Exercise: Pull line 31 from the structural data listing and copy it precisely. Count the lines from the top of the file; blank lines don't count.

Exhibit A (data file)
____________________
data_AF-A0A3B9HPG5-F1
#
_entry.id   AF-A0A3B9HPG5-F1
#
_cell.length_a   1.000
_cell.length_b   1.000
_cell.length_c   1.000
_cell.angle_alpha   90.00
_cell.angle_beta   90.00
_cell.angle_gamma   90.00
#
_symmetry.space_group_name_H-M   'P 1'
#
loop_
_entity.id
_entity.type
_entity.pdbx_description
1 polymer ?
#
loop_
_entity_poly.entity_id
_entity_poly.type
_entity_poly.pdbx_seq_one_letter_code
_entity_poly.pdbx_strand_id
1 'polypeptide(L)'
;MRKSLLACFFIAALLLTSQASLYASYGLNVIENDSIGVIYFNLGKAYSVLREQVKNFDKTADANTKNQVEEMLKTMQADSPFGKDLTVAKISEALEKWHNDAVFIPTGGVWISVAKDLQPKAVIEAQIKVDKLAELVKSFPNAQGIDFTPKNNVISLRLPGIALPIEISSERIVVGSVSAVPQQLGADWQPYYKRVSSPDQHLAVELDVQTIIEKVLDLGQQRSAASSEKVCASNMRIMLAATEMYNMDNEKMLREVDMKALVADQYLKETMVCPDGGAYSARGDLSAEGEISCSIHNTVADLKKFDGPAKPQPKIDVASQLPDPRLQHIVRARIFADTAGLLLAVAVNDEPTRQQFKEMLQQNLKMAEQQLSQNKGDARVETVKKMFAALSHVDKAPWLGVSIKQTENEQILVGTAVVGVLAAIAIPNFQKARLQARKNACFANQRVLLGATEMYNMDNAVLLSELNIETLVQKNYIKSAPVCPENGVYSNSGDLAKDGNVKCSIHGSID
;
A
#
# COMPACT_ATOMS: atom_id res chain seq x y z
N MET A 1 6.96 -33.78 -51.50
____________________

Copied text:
N MET A 1 6.96 -33.78 -51.50